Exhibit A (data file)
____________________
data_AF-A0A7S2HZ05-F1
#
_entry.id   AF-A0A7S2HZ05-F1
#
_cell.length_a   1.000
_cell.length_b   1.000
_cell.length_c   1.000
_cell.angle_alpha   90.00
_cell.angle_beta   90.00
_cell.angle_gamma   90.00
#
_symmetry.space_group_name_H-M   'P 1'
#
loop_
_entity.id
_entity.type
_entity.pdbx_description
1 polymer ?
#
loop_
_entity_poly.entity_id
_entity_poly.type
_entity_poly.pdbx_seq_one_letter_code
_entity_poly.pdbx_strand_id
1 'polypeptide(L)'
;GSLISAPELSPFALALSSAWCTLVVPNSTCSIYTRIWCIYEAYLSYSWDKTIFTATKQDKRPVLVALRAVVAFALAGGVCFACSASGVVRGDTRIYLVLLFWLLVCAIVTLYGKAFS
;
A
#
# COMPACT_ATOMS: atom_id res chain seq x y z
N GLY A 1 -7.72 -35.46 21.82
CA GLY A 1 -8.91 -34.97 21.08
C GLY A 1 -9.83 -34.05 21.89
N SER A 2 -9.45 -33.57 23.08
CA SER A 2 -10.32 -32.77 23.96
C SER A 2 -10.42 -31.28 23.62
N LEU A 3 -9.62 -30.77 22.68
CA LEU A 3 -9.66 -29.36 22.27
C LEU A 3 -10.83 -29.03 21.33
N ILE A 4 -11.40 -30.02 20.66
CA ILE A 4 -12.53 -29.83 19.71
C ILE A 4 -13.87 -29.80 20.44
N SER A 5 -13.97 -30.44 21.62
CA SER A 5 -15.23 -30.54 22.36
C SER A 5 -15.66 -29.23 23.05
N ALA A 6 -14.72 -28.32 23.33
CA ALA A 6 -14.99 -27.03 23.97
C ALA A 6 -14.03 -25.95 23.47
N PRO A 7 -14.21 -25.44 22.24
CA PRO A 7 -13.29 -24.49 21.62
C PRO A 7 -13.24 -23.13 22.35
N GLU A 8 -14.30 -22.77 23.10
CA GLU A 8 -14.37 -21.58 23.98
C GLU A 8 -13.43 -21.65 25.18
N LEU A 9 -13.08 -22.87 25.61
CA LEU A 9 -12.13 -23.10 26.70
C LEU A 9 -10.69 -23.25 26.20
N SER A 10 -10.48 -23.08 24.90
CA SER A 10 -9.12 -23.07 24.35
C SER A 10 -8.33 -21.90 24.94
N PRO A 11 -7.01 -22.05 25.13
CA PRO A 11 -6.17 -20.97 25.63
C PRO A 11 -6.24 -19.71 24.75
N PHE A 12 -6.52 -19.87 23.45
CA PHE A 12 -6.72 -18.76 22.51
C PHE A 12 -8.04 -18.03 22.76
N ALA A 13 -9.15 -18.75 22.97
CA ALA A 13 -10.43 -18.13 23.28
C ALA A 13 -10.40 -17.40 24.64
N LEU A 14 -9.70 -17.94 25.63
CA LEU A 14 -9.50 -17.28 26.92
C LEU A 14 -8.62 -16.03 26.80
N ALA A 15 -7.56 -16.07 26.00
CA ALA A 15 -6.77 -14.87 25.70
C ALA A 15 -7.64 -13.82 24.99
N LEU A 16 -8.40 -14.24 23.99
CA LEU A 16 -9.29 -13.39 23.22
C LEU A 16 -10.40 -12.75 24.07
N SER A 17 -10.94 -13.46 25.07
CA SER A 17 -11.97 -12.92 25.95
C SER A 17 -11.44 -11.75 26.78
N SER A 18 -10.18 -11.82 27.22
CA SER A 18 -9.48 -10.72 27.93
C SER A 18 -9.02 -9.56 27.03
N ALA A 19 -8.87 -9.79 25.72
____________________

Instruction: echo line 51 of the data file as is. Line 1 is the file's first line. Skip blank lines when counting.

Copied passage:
C PRO A 7 -13.24 -23.13 22.35